Civil Rights Law in Living Color
76 Pages Posted: 8 Apr 2019
Date Written: March 16, 2019
This Article examines how American civil rights law has treated “color” discrimination and differentiated it from race discrimination. It is the first scholarly work to analyze the changing legal meaning of “color” discrimination throughout American history. The Article covers views of “color” in the antebellum era; Reconstruction laws; early equal protection cases; the U.S. Census; modern civil rights statutes; and in People v. Bridgeforth, a landmark 2016 ruling by the New York Court of Appeals. First, the Article lays out the complex relationship between race and color and discusses the phenomenon of colorism—oppression based on skin color—as differentiated from racism. From a historical perspective, the Article then analyzes “color” in Reconstruction Era anti-discrimination laws, examining why both “race” and “color” were included in these laws. It illustrates that under early equal protection cases, prohibitions on “race” and “color” discrimination both aimed to curb racism. “Race” and “color” were equally important, but under the Fourteenth Amendment, “color” never developed any meaning independent of race. The Article shows how “color” disappeared from equal protection jurisprudence, just as civil rights efforts started to become successful. It discusses how modern civil rights statutes define “color” discrimination differently, focusing on colorism rather than racism. Additionally, color discrimination claims under these statutes have only applied to an individual member of one racial subclass, such as a dark-skinned Black plaintiff. However, in Bridgeforth, the Court of Appeals recognized a multiracial color class, composed of a group of dark-skinned individuals of different races, for equal protection-based Batson challenges to juror exclusion. Bridgeforth was the first case to allow Batson challenges for color discrimination, and the first color discrimination case under any law to recognize a multiracial color class. This Article considers the potential of multiracial color classes for the future of civil rights law.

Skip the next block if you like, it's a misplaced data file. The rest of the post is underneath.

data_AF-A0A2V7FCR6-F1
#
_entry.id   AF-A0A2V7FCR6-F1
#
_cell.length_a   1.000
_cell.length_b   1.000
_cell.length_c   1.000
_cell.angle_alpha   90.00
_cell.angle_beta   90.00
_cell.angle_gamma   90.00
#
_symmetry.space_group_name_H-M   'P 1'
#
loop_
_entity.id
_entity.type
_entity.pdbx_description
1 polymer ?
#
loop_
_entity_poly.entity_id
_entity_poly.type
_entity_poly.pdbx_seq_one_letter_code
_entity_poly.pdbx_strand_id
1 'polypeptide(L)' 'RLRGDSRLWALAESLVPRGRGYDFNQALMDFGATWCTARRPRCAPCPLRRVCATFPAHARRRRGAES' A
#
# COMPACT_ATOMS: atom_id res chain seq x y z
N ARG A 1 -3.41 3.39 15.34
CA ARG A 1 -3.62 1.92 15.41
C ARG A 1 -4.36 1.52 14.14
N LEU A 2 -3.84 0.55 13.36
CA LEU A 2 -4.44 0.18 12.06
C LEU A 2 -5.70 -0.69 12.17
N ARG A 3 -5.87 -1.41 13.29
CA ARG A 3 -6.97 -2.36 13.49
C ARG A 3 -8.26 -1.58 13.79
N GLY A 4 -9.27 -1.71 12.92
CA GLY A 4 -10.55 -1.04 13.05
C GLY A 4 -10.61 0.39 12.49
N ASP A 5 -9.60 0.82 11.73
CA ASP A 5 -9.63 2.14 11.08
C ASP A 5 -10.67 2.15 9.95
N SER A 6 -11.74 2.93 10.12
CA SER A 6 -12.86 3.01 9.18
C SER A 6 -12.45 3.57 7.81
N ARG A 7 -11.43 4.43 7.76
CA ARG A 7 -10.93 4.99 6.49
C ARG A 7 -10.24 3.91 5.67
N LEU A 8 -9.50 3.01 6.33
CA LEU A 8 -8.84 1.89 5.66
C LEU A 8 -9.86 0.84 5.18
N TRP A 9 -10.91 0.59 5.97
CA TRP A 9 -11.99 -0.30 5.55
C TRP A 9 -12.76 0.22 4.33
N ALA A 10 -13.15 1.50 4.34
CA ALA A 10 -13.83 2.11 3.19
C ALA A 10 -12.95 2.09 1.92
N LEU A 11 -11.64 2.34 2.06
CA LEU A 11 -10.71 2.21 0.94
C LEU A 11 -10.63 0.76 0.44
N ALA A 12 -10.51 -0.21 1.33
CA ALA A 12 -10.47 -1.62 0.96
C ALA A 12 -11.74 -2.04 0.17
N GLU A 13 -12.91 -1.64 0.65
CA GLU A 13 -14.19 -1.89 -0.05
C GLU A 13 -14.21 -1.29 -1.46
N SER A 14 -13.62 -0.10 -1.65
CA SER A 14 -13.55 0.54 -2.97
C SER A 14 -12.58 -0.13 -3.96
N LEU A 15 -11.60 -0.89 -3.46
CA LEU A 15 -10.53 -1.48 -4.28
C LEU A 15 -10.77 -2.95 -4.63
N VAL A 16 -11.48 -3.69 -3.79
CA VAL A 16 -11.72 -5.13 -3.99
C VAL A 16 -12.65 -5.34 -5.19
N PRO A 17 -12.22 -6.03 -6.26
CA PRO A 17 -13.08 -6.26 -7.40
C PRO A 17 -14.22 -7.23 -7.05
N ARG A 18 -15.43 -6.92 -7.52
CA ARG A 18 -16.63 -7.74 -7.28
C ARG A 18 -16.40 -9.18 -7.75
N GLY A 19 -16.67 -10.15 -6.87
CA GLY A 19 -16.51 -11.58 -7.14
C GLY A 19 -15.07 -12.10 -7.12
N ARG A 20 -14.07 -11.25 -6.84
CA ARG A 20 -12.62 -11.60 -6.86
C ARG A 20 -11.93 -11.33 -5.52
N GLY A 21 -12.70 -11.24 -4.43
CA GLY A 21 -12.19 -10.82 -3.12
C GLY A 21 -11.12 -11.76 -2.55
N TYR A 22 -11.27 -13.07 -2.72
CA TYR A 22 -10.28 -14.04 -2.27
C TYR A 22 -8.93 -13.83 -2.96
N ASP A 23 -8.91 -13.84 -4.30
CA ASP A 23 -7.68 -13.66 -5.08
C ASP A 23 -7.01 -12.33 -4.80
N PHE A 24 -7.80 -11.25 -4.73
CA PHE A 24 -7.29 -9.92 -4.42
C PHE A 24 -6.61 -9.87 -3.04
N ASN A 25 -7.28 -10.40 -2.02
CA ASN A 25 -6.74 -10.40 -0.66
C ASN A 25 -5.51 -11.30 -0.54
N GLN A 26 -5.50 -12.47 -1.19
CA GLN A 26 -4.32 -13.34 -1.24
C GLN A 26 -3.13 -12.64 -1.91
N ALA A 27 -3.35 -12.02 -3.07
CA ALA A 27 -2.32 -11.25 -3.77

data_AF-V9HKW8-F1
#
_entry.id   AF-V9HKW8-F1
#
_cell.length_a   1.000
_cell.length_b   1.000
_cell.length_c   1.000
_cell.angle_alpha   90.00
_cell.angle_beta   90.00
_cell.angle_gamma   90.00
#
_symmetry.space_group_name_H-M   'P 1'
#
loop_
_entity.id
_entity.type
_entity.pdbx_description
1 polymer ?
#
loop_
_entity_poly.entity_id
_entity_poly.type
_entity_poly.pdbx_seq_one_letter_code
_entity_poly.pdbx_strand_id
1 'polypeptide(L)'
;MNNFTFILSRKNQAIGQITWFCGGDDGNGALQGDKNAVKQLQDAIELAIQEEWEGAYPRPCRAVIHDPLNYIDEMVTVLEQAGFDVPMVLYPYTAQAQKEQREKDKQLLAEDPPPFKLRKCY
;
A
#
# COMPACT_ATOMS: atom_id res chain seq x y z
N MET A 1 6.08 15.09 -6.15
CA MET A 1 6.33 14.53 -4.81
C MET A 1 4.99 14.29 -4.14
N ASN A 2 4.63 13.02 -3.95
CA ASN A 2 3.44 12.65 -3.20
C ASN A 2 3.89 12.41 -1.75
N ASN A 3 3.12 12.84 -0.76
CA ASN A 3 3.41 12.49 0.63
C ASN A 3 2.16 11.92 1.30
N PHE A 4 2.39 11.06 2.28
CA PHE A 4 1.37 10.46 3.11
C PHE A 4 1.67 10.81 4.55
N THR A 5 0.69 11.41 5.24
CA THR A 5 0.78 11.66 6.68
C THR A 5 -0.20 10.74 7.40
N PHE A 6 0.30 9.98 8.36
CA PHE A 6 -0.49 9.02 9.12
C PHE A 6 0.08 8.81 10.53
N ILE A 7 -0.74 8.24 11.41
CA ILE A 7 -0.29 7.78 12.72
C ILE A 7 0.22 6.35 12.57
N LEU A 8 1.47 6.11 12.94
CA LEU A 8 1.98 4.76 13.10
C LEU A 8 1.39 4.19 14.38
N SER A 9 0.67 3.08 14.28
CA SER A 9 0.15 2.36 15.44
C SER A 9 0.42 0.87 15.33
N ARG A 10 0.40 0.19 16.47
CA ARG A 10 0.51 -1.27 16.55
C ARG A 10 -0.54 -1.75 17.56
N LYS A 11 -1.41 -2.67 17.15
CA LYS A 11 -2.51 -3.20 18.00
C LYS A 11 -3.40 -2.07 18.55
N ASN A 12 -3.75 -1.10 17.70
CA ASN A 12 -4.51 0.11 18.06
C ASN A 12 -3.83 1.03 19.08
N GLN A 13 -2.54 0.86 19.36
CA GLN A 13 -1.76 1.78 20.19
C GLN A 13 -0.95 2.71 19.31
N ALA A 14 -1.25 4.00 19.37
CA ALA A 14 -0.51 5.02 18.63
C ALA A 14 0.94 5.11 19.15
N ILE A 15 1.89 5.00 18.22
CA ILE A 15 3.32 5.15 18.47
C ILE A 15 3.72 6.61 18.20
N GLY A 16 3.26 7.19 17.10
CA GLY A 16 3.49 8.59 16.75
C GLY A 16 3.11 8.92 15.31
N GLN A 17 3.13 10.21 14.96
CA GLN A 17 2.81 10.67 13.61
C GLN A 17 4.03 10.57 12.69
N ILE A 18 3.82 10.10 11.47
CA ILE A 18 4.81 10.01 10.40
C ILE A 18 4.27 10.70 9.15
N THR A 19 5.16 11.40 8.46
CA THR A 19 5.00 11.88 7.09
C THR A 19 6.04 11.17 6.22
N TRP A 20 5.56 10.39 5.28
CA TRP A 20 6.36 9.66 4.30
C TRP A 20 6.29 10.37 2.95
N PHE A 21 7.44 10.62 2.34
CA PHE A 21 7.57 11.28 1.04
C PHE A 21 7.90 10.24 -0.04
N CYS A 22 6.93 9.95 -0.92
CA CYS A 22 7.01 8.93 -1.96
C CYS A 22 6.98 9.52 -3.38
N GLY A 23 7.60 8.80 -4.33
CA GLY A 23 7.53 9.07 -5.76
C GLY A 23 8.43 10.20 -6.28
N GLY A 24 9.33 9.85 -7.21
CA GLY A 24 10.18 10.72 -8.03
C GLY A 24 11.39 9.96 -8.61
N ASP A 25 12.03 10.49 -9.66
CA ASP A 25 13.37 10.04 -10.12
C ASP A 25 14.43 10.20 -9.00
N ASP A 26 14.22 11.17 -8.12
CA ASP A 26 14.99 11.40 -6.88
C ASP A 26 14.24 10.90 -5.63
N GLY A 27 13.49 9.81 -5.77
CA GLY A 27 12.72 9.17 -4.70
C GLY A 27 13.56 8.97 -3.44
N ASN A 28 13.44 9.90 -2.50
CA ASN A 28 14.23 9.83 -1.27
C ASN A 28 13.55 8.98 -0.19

Keywords: race, color, civil rights
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